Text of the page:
in-house

adjective

ˈin-ˌhau̇s How to pronounce in-house (audio)
-ˈhau̇s
: existing, originating, or carried on within a group or organization or its facilities : not outside
an in-house publication
a company's in-house staff
in-house adverb

Examples of in-house in a Sentence

Recent Examples on the Web The ruling could undercut the SEC’s ability to press cases before its in-house judges and affect the Federal Trade Commission, Agriculture Department and Environmental Protection Agency. Tribune News Service, The Mercury News, 6 June 2024 Avior has leveraged its network of in-house CPA firms to create a strong client pipeline for its advisors. Miami Herald, 5 June 2024 Firms like Procter & Gamble, Lego, and Delta Air Lines are founding in-house museums and even hiring professional historians to guide decision-making and spark ideas. Peter Vanham, Fortune, 5 June 2024 For many decades, Chuck E. Cheese’s in-house band has entertained birthday kids and families enjoying pizza, cake and sodas for celebrations — but the furry musicians with big eyes are not the life of the party anymore. Chase Jordan, Charlotte Observer, 3 June 2024 See all Example Sentences for in-house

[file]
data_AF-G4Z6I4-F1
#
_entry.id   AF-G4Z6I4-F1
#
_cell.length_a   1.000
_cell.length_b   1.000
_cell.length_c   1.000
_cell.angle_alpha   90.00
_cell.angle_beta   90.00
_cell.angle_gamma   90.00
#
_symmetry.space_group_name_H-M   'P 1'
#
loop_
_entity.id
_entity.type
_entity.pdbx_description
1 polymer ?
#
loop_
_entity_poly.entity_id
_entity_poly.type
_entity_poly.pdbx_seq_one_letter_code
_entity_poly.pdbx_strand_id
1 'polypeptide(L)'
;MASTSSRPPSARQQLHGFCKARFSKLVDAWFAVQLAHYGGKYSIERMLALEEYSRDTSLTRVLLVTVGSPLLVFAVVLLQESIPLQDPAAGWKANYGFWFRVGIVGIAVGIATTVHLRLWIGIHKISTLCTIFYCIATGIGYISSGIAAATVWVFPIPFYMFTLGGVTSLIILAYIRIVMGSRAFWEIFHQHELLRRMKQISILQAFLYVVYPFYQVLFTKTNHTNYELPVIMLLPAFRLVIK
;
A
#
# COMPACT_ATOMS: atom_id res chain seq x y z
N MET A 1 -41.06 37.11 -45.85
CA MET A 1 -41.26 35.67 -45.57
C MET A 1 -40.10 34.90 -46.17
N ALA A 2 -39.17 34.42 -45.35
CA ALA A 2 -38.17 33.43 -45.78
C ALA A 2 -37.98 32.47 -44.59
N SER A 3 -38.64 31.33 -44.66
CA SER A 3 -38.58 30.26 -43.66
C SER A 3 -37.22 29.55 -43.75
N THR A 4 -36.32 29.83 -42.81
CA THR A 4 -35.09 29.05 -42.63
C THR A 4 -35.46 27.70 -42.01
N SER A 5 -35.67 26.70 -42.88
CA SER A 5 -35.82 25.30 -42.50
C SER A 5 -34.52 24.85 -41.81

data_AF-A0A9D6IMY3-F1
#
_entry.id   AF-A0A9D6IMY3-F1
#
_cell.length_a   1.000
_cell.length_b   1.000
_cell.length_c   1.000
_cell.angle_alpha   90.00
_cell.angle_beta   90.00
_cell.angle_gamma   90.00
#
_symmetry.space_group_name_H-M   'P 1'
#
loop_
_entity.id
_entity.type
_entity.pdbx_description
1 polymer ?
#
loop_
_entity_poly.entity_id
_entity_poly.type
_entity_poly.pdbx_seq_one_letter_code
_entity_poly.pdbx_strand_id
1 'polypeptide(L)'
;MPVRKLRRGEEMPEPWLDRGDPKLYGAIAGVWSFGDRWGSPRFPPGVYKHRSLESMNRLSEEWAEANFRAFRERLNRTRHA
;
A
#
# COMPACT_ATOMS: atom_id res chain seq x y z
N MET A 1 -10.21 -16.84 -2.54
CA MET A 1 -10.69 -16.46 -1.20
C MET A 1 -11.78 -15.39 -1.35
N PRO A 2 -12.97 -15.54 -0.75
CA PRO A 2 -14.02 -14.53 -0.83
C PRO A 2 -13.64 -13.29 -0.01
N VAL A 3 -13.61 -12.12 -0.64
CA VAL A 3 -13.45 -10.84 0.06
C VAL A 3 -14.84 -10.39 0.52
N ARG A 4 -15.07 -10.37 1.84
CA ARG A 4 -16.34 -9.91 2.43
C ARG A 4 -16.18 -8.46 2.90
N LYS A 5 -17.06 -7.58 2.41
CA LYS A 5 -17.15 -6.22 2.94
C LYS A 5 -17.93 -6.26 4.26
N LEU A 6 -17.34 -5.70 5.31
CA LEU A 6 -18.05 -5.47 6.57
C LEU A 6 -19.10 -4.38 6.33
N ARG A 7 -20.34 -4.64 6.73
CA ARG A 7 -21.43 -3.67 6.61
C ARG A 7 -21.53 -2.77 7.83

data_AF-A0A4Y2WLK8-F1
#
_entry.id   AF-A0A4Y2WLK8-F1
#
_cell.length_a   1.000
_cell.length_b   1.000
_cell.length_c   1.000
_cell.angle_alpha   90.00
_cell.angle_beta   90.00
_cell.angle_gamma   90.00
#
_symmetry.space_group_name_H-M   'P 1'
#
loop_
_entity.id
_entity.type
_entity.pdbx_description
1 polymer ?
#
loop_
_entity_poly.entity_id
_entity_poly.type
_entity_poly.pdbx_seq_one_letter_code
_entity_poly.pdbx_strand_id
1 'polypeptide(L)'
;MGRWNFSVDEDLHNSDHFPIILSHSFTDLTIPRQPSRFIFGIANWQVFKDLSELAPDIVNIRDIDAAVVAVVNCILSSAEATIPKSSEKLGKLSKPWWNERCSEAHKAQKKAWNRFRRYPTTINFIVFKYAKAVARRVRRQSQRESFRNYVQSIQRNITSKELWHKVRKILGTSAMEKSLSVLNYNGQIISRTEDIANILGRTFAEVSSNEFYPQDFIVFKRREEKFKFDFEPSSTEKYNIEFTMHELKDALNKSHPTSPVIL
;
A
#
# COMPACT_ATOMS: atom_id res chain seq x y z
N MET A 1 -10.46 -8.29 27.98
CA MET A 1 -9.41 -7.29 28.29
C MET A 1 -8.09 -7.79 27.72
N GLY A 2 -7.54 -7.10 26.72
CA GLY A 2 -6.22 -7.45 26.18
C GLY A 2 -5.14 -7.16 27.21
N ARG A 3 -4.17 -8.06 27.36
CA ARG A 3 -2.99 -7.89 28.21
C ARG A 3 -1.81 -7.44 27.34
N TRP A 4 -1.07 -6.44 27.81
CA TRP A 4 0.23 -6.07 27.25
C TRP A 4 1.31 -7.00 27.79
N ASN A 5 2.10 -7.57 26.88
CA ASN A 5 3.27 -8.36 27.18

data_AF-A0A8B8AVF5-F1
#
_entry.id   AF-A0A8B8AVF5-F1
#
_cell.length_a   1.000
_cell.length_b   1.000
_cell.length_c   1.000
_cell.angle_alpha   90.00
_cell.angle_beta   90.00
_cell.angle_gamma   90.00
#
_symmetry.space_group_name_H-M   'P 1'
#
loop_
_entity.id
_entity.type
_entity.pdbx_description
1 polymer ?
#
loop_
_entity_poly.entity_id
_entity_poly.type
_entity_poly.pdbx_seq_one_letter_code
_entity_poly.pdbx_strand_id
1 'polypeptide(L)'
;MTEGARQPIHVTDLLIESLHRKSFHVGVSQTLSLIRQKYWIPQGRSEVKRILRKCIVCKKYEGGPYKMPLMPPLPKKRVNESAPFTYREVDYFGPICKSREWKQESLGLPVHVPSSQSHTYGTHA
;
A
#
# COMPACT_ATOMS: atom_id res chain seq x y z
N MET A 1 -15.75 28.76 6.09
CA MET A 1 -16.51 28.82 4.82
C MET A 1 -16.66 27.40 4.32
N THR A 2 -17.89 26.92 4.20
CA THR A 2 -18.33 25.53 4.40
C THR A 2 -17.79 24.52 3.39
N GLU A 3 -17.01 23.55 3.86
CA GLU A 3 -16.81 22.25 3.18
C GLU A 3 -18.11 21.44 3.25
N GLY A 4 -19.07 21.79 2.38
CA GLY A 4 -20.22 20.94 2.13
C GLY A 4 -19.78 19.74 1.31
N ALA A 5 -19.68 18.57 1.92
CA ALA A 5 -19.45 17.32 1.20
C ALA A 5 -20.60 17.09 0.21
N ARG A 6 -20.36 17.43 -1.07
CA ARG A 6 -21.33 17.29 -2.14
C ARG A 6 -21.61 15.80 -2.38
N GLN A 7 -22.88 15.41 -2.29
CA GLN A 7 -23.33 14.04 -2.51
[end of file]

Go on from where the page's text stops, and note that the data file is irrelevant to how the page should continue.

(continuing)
These examples are programmatically compiled from various online sources to illustrate current usage of the word 'in-house.' Any opinions expressed in the examples do not represent those of Merriam-Webster or its editors. Send us feedback about these examples.

Word History

First Known Use

circa 1956, in the meaning defined above

Time Traveler
The first known use of in-house was circa 1956

Dictionary Entries Near in-house

Cite this Entry

“In-house.” Merriam-Webster.com Dictionary, Merriam-Webster, https://www.merriam-webster.com/dictionary/in-house. Accessed 16 Jun. 2024.

Last Updated: - Updated example sentences
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